New play in Malta talks openly about abortion debate

Malta has the strictest ban on abortion in the EU, with prison terms for women who are found to have undergone the procedure and doctors who helped them. But now a new production is targeting the taboo topic.

Daiva Repeckaite
Daiva Repeckaite NewsMavens, Malta
New play in Malta talks openly about abortion debate - NewsMavens
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Why this story matters:

Women who become pregnant by their rapist or close family member, as well as those who carry fetuses diagnosed with severe impairment, are legally obliged to carry their pregnancy to term. When the Women's Rights Foundation published a position paper suggesting that abortion should be available to women affected by these previously mentioned cases, the activists were vilified and received threats. Newspapers questioned whether the Malta Community Chest Fund under the president, which supported the NGO's research on sexual harassment, would ever fund such a thing again.

The debate, however, showed that abortion is moving from a taboo topic to a heavily contested one in Malta.

It is in this climate that the digital editor of the staunchly anti-abortion newspaper, the Times of Malta, decided to write a play based on real stories from people in both camps. Carefully tiptoeing around the question of whether Malta's legislation should change, Grech makes it a point that his script does not take sides.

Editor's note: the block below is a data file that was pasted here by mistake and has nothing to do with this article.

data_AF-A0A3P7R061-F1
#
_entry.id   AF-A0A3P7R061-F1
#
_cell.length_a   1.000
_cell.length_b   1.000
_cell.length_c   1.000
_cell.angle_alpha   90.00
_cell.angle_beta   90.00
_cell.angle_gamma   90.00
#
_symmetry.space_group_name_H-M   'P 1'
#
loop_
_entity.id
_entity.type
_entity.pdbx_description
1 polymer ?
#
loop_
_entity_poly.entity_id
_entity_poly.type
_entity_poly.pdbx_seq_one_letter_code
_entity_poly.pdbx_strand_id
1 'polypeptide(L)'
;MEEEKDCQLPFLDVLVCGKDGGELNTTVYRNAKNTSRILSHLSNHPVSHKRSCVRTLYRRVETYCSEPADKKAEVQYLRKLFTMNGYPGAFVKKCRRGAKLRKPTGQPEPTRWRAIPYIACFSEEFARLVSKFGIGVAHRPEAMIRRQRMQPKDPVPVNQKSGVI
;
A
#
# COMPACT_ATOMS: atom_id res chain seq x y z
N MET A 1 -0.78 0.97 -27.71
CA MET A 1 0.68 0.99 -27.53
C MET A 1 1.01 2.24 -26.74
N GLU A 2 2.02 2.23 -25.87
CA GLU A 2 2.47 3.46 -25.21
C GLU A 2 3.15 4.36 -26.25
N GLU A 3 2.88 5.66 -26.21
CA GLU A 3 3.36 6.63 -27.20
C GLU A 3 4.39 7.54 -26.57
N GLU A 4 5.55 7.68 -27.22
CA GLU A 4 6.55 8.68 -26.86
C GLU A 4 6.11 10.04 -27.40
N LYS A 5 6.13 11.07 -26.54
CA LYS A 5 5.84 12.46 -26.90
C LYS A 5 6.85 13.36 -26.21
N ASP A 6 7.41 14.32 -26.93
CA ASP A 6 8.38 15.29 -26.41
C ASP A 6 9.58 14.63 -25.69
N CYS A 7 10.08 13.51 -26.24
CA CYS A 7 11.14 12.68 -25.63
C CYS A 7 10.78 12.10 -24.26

Grech believes, people who condemn abortion in all circumstances might for the first time listen to stories of women who have been through the procedure and were too afraid to talk about it.

The artistic medium allows both humanizing the stories from both sides and offering the protagonists enough distance and privacy, as their lives are portrayed by some of Malta's top actors.

This year Lovin Malta, an easy-going news site on lifestyle and politics, ran an anonymous survey on respondents' abortion experiences. Out of the 37 people who resported having done it themselves or seen their partners do it, most had their abortions in the UK, and none of the women regretted the decision. The website also published a first-person account of a woman who had her pregnancy terminated in the UK. Some Maltese women also shared their stories with Euronews two years ago. After the Irish referendum and Polish protests pushing back attempts to further limit access to abortion, Malta is in the spotlight as its society's attitudes towards the abortion ban show no signs of wavering.

Details from the story:

  • Herman Grech (the Times of Malta’s digital editor) wrote and directed a new theater play, De-terminated, opening on October 19.
  • The play is based on research and interviews with people who went through the abortion experience, as well as with activists from both the pro-life and pro-choice lobbies.
  • The stories, presented without fictional embellishment in a documentary format, range from a girl who explains why she chose to have an abortion after she was raped, to the man who forced his partner to terminate her pregnancy and then became an anti-abortion advocate.
  • Klaus Vella Bardon from the anti-abortion Life Network Foundation commented that calls for debate are a Trojan horse.
  • "I cannot ignore the fact that there are women having abortions. If nobody were having an abortion, I wouldn’t have written this play," the playwright told his colleague at the Times of Malta.
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